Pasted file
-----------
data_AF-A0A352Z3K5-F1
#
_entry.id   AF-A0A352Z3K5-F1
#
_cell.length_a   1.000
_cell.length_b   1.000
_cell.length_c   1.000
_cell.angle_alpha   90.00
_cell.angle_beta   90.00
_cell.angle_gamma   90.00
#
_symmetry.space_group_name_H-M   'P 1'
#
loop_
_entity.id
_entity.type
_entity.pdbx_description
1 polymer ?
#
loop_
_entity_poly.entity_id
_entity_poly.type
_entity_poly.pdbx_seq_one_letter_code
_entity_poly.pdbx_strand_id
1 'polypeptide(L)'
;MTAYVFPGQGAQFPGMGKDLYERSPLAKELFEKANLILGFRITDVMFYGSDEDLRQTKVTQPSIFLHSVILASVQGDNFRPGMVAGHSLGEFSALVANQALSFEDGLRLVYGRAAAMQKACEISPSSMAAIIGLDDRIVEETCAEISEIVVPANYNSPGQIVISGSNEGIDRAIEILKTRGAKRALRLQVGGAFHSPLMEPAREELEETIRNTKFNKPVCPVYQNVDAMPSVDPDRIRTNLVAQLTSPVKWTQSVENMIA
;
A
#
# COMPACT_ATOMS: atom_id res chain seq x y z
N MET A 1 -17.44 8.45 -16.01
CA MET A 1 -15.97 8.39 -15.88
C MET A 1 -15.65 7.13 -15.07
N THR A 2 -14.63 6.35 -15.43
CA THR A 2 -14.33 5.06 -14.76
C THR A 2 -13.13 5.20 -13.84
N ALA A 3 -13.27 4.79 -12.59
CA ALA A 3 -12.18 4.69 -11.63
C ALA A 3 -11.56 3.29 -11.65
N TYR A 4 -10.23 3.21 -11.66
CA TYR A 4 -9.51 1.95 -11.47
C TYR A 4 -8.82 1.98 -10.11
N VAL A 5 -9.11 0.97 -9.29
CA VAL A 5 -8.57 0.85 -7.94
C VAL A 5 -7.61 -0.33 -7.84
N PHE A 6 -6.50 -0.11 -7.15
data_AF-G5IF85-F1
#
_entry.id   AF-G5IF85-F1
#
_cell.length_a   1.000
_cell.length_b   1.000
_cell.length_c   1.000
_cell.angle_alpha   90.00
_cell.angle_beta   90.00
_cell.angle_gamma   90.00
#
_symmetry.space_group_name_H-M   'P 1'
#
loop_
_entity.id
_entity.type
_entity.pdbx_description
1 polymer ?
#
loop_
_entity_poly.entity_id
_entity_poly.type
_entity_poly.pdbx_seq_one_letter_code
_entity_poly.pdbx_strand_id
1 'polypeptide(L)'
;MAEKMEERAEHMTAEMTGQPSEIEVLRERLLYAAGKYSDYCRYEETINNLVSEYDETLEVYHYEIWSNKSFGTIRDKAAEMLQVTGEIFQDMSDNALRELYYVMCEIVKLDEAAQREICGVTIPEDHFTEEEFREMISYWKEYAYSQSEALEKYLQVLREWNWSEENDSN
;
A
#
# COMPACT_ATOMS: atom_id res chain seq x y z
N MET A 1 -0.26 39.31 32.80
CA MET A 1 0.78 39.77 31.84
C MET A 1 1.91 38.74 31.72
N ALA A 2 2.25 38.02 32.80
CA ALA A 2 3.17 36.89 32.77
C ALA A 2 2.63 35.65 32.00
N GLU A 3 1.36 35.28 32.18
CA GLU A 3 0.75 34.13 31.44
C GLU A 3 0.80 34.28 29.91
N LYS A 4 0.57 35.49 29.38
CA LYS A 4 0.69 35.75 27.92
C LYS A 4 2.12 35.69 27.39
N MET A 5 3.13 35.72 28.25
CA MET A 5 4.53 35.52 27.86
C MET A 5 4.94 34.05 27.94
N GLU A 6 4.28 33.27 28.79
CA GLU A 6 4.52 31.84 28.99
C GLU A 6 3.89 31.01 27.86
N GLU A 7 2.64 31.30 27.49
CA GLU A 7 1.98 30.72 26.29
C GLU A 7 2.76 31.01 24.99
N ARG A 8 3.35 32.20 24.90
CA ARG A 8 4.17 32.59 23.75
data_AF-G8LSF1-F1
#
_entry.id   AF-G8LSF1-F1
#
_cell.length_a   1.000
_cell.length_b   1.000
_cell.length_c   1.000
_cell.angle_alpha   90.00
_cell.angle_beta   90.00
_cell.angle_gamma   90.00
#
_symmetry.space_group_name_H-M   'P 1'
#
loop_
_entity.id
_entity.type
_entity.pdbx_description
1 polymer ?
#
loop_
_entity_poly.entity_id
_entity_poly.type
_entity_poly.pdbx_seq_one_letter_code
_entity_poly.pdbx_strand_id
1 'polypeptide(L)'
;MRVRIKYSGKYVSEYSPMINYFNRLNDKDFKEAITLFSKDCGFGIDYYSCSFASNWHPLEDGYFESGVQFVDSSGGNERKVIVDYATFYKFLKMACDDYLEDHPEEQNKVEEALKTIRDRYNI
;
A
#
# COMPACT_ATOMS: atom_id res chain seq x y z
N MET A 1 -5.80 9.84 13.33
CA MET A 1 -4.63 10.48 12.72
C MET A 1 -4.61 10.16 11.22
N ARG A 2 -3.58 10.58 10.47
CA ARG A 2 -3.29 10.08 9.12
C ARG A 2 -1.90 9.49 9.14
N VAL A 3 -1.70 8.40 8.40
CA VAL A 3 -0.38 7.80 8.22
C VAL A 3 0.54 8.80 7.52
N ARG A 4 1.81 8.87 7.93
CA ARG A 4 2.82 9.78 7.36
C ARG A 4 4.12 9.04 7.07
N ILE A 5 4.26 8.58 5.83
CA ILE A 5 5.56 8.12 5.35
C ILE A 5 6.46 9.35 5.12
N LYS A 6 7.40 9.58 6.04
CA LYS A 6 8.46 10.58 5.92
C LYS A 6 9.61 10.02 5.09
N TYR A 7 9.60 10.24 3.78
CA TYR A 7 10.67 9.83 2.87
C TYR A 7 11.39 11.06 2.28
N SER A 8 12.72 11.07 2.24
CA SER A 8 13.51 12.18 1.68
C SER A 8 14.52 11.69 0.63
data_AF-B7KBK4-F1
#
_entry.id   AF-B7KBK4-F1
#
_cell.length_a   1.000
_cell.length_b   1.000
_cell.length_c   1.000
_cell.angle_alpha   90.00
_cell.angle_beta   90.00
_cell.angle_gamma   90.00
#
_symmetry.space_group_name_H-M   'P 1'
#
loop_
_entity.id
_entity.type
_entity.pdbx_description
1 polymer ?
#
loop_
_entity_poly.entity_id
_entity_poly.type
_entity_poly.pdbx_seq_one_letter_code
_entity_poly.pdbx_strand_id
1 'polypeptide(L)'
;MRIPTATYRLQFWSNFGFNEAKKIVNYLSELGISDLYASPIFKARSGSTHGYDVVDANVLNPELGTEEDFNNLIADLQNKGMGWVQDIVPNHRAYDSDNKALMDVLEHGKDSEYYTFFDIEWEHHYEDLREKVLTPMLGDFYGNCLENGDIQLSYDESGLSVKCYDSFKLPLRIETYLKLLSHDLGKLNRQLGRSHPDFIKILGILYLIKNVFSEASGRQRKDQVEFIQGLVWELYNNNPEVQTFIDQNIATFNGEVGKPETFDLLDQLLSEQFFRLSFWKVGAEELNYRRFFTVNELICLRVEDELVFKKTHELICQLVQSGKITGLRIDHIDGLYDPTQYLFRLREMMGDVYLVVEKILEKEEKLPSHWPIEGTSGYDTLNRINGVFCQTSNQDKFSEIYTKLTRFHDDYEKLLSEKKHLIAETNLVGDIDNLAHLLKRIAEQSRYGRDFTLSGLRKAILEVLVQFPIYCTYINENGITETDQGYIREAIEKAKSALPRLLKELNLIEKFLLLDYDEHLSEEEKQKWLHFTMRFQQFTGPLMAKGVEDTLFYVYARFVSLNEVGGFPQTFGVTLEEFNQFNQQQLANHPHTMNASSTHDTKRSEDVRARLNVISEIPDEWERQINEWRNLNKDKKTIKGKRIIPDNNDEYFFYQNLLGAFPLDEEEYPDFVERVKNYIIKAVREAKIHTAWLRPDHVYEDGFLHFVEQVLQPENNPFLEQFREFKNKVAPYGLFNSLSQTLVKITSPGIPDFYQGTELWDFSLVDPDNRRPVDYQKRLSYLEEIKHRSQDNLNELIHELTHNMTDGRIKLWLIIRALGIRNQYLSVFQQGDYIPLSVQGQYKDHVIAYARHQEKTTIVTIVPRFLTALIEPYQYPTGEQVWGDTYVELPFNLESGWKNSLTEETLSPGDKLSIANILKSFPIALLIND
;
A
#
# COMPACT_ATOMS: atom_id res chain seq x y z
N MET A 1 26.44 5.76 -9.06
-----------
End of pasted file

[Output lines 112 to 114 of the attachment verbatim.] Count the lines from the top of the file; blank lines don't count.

#
loop_
_entity.id